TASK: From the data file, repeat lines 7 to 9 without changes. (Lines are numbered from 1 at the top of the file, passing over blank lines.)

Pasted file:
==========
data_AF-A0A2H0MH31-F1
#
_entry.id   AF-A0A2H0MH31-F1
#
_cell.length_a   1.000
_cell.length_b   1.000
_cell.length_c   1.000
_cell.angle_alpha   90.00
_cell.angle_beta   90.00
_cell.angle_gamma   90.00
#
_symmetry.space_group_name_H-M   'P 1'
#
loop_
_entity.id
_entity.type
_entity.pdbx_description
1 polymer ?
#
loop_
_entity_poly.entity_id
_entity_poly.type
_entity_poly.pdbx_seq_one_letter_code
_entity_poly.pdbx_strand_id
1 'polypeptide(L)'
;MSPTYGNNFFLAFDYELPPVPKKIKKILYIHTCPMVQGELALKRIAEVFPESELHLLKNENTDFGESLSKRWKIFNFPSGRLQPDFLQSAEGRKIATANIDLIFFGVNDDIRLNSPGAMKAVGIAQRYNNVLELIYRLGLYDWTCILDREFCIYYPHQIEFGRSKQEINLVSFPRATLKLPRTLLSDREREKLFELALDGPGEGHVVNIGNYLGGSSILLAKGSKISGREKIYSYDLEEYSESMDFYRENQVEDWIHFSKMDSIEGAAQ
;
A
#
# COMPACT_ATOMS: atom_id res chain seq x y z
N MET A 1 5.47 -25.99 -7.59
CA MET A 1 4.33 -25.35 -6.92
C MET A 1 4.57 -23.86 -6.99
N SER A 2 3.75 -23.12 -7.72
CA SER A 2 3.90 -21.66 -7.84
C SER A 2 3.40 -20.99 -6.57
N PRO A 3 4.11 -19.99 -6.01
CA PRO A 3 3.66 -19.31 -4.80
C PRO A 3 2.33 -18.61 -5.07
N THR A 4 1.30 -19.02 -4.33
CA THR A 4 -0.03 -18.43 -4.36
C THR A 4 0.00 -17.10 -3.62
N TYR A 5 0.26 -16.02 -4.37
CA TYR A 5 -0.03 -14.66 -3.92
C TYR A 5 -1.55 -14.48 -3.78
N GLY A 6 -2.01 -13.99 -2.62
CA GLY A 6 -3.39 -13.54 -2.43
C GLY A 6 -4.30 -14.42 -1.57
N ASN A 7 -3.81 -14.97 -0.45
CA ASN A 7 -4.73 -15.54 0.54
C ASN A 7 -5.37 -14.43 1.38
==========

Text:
_cell.length_c   1.000
_cell.angle_alpha   90.00
_cell.angle_beta   90.00